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Long-Read Sequencing Reveals Tens of Thousands of Novel Transcripts Across Different Human Tissues

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NEW YORK – Human tissues contain thousands of previously unknown gene transcripts, revealed by analysis with long-read sequencing, according to a new study published Wednesday in Nature.

A team of researchers from the New York Genome Center and the Broad Institute used Oxford Nanopore Technologies' platform to conduct bulk RNA sequencing on libraries generated from 88 samples from the Genotype-Tissue Expression (GTEx) biobank. They identified 71,735 novel transcripts for annotated genes and validated the proteins for 2,575 of them using mass spectrometry. They also developed an open-source toolkit for dealing with long-read transcriptomics data.

"Annotating human genes and transcripts is a long process," said Tuuli Lappalainen, a researcher at the NYGC and a senior author of the study. "Our data demonstrates it's still not complete … there are still new things to be discovered there."

The study paints a picture of the human transcriptome in detailed pixels, rather than "broad brushstrokes," said Thomas Gingeras, an RNA researcher at Cold Spring Harbor Laboratory who was not involved in the study. "You now have much better definition; these are detailed analyses of each transcript."

The authors also included analyses to untangle the impact of allele-specific expression from allele-specific splicing and their relationships to genetic studies, said Ewan Birney, joint director of the European Molecular Biology Laboratory – European Bioinformatics Institute.

"The full-length transcripts generated have allowed better understanding of expression and splicing relationships," he said. "This sort of in-depth data generation and analysis will continue to provide insight into the human genome, and for disease-causing genes — in particular in Mendelian disorders — every detail counts." Birney disclosed that he is a paid consultant for Oxford Nanopore, as well as a shareholder.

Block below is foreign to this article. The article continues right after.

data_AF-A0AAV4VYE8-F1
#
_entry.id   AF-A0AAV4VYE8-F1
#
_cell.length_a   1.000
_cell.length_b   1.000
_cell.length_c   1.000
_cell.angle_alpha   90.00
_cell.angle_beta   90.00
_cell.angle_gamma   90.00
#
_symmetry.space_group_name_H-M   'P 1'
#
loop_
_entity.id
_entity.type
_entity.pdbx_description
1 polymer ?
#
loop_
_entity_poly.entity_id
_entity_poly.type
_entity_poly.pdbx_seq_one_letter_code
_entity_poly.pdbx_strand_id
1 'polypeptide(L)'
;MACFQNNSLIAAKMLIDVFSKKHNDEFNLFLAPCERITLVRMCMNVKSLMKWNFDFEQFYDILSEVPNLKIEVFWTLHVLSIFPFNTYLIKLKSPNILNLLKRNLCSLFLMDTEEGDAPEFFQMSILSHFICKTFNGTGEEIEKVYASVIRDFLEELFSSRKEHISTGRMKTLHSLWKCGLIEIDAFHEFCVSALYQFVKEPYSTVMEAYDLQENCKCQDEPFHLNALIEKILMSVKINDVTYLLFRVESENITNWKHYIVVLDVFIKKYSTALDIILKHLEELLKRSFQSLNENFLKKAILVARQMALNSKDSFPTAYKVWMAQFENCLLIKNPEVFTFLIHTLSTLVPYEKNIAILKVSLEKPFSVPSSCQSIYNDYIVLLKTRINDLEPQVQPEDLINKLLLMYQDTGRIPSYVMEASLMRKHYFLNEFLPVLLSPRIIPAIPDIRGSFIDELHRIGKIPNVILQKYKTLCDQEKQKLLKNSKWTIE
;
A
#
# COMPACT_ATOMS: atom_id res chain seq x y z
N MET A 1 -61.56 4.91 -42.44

The study is the result of a longstanding collaboration between Lappalainen, who had been looking into splicing in GTEx samples and Daniel MacArthur, director of the Centre for Population Genomics at Australia's Garvan Institute of Medical Research, who, together with Beryl Cummings, now an associate at Third Rock Ventures, had been doing cross-tissue long-read sequencing while at the Broad. "We decided to just join forces and combine the two datasets," Lappalainen said.

As a leader of the GTEx project, she was "familiar with the samples and the opportunities that they provide," she said.

The choice of Oxford Nanopore sequencing was driven largely by cost, and the convenience of being in the same building as the firm's New York-based team. "We wanted to not just look at [transcripts] qualitatively … we wanted to quantify them to look at transcript expression levels and allele-specific expression," she said. Nanopore sequencing "provided long reads and sufficient accuracy and ability to create enough reads" at the price point the researchers were looking for.